Anonymous said...

Why couldn't an OG Strange or Trauma team play? None of those guys should still have Pro classifications.

nickgibson said...

Im a little upset about the not so open thing myself

ScotchMonster said...

Did I ever tell you I hate Blogger? Frustrating @ best-just like CXBL-Anon 12:12 has good points-I posted on TDot the sentiment that as consumers we vote with our wallets and that competition is healthy, attributes which Canadian paintball lacks right now since both money and competition are scarce on the sponsor front. Baca I agree progressive ROF is good for player development which I have always respected in your posts. But CXBL manufactures and dictates the league-DOH! Something players should consider when they chose which league they support. Sometimes being independant has its advantage-I do see one local series doing well in the hood but who else here has sold their soul just to shoot cheaper paint?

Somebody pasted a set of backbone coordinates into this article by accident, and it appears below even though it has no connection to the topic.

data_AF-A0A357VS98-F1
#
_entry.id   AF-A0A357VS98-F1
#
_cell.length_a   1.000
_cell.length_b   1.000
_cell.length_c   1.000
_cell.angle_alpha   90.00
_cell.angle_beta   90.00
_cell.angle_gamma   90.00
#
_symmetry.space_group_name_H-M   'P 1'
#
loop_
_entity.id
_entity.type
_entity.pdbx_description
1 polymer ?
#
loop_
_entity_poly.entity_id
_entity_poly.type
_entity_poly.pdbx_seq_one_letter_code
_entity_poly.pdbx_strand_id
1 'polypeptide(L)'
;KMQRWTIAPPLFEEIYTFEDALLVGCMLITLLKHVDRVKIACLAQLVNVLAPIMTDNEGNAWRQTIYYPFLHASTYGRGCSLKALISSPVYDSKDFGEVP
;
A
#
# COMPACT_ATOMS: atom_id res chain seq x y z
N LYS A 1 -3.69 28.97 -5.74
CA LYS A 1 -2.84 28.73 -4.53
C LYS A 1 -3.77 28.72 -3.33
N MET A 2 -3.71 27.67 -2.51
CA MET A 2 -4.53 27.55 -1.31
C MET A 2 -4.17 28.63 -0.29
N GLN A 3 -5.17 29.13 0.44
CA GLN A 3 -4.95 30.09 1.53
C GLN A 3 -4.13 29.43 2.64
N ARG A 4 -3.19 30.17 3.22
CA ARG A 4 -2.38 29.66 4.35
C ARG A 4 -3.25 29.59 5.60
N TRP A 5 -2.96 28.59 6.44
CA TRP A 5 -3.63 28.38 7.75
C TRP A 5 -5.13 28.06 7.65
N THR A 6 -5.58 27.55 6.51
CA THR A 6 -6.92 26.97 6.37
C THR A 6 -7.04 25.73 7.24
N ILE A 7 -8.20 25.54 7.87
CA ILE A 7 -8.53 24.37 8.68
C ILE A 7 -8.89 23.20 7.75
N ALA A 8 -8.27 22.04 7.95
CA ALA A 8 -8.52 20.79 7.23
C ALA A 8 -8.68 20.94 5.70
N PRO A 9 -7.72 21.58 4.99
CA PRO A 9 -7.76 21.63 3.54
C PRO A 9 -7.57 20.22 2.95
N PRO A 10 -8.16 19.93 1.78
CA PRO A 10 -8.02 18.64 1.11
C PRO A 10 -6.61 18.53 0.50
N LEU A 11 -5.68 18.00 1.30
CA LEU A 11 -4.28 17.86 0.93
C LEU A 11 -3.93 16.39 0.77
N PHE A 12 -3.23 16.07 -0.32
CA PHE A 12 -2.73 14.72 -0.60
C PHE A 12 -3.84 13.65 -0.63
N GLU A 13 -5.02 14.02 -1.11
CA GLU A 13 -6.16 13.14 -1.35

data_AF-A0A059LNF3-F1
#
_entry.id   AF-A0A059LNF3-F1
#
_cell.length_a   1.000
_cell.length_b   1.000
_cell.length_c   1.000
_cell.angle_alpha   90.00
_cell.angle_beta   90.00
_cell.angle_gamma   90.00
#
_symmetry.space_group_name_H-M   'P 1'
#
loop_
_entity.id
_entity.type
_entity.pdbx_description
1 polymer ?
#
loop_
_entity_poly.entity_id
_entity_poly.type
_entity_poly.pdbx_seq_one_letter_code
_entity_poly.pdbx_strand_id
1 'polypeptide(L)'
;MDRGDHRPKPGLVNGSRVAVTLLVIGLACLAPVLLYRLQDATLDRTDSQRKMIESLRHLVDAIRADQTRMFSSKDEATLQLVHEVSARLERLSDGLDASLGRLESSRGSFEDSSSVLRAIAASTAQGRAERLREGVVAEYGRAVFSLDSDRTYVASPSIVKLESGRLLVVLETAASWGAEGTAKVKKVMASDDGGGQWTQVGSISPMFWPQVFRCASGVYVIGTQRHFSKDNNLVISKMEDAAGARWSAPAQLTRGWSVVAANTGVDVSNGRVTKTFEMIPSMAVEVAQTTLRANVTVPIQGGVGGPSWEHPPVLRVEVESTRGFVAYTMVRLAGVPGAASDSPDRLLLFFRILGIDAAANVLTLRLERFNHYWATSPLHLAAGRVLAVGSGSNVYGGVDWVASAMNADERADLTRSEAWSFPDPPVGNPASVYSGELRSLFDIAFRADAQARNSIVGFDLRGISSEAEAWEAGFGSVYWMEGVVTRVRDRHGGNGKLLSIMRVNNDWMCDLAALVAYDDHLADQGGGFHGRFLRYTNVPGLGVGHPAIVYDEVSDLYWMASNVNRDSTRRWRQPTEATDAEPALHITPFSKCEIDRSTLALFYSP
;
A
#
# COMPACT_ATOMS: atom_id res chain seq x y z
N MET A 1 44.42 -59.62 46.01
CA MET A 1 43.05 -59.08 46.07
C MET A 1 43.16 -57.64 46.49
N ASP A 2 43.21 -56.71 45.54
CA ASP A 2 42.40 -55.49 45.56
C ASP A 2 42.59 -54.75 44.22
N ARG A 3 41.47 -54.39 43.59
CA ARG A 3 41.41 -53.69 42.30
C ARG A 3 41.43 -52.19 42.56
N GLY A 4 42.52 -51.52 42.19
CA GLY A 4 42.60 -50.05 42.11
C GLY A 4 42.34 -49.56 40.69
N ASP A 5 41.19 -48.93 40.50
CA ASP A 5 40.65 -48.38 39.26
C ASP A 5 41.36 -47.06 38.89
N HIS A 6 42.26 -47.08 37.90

Dan said...

I play in Canada and really enjoy it. So much that I'll be cutting down my American participation (read: nppl)I don't what you guys think is "too expensive" I played three mxl events last year for the cost of 1.5 psp's.
As far as I understand it the jerseys are part of the franchise fee, not an additional thing. And its really not difficult to keep track of it for 4 months.
As I also understand it, the elite division is exempt from paint restrictions.
The cxbl is sustainable as long as it doesn't get beyond itself.

Anon 9:44... What exactly have they watered down?